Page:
Nissan is in the business of making cars, and sometimes that means taking an upfront loss in order to become a market leader later. Nissan wants the LEAF to be the next Toyota Prius, and to do that they have to start making money on their electric car. CEO Carlos Ghosn revealed to Automotive News that LEAF profitability is “getting there,” though he wouldn’t go into detail.
One study claimed it cost GM as much as $49,000 to build each Chevy Volt, though the truth was that GM was selling them at-cost. Nissan is likely taking a similar bath on each LEAF it sells, though it’s probably nowhere near what the Fiat 500e supposedly loses on each sale.
Ghosn says that Nissan is “getting into positive,” though the development costs have not yet been offset. Worldwide, Nissan has sold over 100,000 LEAF EVs, including more than 60,000 in the U.S. alone. That’s enough to make it the best-selling plug-in car in the world at the moment, though it’s still a long way away from Nissan’s own expectations. The real hindrance to sales is the high cost and short range, two things Nissan hopes to address with the next generation.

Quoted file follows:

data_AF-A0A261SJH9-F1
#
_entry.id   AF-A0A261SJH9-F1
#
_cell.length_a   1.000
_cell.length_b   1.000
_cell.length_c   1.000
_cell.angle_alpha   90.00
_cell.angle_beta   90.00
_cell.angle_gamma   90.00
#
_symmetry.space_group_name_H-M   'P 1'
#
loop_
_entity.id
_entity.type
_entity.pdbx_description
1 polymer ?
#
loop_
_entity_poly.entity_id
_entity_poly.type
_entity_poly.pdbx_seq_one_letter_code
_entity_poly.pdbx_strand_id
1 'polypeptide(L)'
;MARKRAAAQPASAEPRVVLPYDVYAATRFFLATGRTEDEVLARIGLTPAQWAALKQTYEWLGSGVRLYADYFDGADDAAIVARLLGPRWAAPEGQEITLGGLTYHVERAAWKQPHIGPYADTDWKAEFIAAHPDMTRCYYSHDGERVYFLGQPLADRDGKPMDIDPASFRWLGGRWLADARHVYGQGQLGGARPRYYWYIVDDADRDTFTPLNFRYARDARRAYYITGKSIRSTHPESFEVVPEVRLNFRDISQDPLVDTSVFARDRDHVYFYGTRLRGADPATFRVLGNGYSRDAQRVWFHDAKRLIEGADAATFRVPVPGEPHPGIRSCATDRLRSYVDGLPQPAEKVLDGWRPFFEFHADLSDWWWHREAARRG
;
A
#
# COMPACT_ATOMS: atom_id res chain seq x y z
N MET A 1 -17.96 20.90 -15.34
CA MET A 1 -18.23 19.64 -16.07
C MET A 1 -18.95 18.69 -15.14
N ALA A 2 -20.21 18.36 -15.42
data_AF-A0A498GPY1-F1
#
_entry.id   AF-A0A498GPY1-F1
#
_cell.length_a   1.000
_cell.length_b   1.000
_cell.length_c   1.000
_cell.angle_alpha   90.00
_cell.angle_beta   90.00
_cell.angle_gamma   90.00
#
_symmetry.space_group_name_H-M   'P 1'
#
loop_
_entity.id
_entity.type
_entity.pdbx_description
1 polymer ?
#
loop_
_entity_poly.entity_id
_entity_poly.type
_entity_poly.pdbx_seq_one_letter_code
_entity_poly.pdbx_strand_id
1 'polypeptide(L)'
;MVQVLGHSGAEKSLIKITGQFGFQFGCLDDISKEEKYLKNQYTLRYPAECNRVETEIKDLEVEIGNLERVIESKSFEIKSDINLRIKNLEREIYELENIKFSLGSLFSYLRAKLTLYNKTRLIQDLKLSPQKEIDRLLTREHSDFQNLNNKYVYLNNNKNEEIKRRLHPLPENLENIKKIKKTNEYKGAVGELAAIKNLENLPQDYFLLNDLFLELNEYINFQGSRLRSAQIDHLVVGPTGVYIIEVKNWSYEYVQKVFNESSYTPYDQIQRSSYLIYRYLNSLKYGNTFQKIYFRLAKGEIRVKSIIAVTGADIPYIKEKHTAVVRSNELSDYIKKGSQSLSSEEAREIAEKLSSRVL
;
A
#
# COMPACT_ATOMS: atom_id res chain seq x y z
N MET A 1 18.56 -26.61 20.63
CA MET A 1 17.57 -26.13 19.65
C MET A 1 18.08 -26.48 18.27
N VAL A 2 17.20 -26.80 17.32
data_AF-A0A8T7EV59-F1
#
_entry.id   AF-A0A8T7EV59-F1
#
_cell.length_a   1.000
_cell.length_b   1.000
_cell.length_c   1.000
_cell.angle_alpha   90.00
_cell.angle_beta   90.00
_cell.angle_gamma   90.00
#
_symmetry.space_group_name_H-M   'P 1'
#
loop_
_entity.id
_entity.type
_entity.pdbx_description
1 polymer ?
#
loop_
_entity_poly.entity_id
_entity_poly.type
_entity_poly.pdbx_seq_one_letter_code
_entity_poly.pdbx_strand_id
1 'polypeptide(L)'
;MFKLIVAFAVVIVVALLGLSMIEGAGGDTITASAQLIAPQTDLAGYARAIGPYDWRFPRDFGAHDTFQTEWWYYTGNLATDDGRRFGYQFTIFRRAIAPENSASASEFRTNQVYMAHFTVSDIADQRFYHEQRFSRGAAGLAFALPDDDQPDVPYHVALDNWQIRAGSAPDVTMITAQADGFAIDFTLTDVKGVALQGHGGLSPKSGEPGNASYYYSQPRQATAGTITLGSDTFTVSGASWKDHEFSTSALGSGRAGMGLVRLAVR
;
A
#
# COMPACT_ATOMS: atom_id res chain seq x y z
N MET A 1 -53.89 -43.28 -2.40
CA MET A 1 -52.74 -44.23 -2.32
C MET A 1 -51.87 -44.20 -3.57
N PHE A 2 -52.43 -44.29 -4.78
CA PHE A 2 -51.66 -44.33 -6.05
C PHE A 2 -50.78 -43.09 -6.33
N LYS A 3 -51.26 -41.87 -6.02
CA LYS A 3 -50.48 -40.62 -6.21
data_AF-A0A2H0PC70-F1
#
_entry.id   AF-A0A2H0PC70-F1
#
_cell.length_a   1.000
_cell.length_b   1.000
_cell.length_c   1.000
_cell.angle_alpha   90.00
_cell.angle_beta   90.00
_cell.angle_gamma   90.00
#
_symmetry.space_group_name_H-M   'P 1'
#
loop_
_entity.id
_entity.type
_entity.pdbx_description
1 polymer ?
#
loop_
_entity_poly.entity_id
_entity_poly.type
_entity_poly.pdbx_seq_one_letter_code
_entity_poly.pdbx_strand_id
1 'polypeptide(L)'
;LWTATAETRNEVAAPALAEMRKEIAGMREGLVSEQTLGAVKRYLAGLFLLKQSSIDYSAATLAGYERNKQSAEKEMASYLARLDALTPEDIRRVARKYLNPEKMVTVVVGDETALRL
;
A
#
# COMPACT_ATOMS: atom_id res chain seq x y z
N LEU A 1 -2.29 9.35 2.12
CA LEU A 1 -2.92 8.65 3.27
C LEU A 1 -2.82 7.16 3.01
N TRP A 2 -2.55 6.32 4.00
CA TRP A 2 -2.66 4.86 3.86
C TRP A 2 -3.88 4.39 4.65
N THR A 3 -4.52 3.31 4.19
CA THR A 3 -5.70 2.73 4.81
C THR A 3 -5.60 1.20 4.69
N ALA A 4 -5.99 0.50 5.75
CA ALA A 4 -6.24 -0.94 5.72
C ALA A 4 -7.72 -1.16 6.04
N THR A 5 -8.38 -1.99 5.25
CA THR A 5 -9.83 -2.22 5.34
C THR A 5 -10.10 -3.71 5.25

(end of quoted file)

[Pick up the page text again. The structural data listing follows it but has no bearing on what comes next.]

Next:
The question “Why don’t automakers build electric cars?” is constantly being asked, and the simplest answer is because traditionally, there isn’t enough volume to justify the investment. Tesla overcame that by building a high-margin luxury car that was designed from the get-go as an EV, rather than taking a conventional car and shoehorning an electric drivetrain into it.
The next Nissan LEAF and Chevy Volt will both draw on lessons learned from the first generation, and while neither company is making any money on their plug-in cars, the day when they do turn a profit is the real turning point for the industry.